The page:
EGELAND: Yes, they're.

SOARES: --some freedom of movement outside of Kabul to more rural areas.

EGELAND: Well, in all of these provinces that they took over, they have given us assurances and where our - have started operate in many of them.

And listen, we work in Taliban areas for years now. They haven't been trolled the countryside for a very long time. And we have been able to

undertake our work basically uninterrupted in those areas.

SOARES: I was just want to ask my producer if she can bring up a graphic that we have here of the current resettle implants for refugees, because

you were talking right at the top of our interview Jan about what the international community can do?

As you're looking through this United States in terms of the current resettlement patterns 30,000 refugees United Kingdom 20,000 Uganda 2000

Costa Rica 48 is this enough? Is the international community are they doing enough?

EGELAND: But I don't know if you have on the graphics, Iran and Pakistan that has like 90 percent of all Afghans who have left their country.


EGELAND: They need support to provide for the millions who are there many more males have come across the borders. What we're appealing for is that

the NATO countries and all of those others, who were there, really take care of the people that worked with them that serviced them and took risks

with them.

And then of course, they will also have to give quotas for other refugees that we cannot provide for in the area. But for us, I mean, the Norwegian

Refugee Council, we help 750,000 internally displaced in Afghanistan. We help tens of thousands of Afghans in Iran, when they're to stay and deliver

in the in the neighborhood and most Afghans do not want to leave. They would have helped where they are.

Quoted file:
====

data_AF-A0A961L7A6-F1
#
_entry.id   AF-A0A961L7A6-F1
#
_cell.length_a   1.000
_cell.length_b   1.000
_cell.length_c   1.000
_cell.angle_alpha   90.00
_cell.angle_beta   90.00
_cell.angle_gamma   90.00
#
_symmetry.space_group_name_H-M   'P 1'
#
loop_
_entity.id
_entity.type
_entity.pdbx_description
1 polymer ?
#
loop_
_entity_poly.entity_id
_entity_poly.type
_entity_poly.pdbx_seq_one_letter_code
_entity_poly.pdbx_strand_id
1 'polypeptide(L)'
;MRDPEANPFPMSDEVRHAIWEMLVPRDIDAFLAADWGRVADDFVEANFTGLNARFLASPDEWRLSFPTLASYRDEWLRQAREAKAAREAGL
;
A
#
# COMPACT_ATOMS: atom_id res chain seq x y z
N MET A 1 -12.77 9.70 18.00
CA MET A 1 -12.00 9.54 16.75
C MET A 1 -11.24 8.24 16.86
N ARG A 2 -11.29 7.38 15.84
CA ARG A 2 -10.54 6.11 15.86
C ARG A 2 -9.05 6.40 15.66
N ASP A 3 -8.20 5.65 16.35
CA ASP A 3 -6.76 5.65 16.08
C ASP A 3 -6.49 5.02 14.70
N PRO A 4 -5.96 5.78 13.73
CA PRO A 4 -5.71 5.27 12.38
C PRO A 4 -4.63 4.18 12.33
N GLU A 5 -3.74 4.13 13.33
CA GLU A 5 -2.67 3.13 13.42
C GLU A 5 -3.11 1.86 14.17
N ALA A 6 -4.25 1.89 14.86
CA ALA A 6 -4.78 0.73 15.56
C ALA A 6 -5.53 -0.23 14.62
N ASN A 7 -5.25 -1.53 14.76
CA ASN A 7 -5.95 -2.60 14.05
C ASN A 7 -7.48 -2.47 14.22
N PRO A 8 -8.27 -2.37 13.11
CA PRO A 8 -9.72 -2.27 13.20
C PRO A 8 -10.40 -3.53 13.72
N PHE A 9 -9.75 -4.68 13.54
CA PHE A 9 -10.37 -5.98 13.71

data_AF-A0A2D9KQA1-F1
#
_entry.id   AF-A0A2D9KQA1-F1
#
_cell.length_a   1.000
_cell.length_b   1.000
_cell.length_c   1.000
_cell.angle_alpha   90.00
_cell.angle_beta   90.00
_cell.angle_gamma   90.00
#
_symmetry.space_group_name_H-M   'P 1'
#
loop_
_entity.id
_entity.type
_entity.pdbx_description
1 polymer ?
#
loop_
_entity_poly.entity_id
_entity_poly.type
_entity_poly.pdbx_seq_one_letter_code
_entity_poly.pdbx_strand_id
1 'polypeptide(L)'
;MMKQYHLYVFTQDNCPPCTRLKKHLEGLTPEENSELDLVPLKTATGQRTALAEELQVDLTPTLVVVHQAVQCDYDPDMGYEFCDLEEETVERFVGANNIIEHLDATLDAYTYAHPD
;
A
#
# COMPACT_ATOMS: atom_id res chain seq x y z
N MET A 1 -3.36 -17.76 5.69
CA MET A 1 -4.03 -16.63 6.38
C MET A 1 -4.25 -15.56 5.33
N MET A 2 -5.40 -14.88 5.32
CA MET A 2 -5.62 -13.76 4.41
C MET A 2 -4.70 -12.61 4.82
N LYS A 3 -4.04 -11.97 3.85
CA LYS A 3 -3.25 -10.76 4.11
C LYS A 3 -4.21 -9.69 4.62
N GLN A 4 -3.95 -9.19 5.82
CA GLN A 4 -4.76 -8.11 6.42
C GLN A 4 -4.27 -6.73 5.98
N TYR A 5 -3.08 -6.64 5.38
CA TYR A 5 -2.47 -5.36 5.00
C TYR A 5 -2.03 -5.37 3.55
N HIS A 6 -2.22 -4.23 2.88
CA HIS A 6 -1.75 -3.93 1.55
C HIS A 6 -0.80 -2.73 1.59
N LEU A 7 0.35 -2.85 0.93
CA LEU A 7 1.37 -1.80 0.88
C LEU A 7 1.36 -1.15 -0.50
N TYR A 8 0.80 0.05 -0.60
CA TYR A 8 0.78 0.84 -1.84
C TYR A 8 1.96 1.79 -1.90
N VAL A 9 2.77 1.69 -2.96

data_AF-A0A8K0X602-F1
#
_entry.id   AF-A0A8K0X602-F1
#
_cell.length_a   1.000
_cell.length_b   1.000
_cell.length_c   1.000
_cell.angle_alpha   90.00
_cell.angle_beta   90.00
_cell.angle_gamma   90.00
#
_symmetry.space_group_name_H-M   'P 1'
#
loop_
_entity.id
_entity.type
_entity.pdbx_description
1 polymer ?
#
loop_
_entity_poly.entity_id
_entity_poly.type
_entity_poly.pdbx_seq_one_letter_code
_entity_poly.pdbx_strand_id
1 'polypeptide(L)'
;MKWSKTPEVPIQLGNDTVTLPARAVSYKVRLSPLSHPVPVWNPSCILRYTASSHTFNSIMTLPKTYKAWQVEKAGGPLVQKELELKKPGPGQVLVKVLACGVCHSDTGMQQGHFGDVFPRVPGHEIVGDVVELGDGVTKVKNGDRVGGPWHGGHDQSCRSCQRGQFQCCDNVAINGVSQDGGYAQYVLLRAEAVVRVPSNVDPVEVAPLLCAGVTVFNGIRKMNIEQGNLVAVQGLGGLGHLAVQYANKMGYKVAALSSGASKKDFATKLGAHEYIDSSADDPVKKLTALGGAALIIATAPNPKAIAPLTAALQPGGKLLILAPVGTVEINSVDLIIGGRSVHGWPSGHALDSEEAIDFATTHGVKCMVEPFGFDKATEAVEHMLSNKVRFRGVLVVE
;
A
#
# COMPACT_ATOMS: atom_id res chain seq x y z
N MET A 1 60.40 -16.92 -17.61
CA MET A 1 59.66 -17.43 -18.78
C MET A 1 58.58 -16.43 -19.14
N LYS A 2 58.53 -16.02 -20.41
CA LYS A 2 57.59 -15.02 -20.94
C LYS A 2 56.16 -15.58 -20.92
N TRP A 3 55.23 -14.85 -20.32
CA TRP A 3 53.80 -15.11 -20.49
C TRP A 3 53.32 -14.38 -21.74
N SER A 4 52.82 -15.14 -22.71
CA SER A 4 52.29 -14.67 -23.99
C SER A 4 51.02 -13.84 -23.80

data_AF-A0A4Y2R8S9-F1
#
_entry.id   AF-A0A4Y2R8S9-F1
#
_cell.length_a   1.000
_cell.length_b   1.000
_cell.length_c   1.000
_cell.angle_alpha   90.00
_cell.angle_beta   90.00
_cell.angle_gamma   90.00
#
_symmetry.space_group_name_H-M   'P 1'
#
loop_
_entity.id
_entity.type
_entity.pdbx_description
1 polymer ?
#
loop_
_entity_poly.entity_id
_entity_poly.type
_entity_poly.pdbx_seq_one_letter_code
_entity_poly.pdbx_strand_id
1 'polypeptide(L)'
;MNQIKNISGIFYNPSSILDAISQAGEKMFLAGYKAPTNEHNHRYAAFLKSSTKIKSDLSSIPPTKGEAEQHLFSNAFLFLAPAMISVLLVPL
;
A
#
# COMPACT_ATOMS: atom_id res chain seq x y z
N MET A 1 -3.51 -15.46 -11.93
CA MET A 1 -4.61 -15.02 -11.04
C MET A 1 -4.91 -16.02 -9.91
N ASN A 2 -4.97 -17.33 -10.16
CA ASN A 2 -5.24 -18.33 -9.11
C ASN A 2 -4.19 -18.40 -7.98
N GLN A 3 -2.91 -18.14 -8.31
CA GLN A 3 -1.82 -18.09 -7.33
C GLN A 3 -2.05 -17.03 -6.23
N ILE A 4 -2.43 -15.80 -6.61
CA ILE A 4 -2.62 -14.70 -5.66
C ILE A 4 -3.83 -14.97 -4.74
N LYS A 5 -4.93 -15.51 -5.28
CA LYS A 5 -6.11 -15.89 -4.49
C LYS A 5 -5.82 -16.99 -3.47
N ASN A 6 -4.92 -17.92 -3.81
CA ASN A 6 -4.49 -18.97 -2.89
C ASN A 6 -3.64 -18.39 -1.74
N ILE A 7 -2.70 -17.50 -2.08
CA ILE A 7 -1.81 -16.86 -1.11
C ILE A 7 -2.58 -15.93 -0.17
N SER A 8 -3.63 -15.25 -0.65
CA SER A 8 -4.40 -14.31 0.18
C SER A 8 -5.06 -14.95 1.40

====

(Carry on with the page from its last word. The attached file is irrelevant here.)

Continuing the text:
SOARES: Jon Egeland, thank you very much for taking time to speak to us do keep us posted.

EGELAND: Thank you.

SOARES: There will be challenges ahead. We'd love to hear from you, Jon Egeland for us in Norway. I want to bring you up to date on that suspicious

vehicle and monitoring I've told you about in the last hour. U.S. Capitol Police have now evacuated the Supreme Court and several others nearby

government buildings, while negotiators talk to a man who claims he has an explosive device in his truck.

It's parked near the US Capitol. The FBI is responding. You look at images from Washington D.C. Now one of the evacuated buildings has offices for

members of the U.S. House, that the House and Senate are not in session so most lawmakers are currently not in their offices. Of course, we'll keep on

top of this developing story as soon as we have more developments. Of course, we shall bring it to you.

Now anger and shame over how the UK's handling its exit out of Afghanistan, we'll talk with someone who commanded British troops in the country about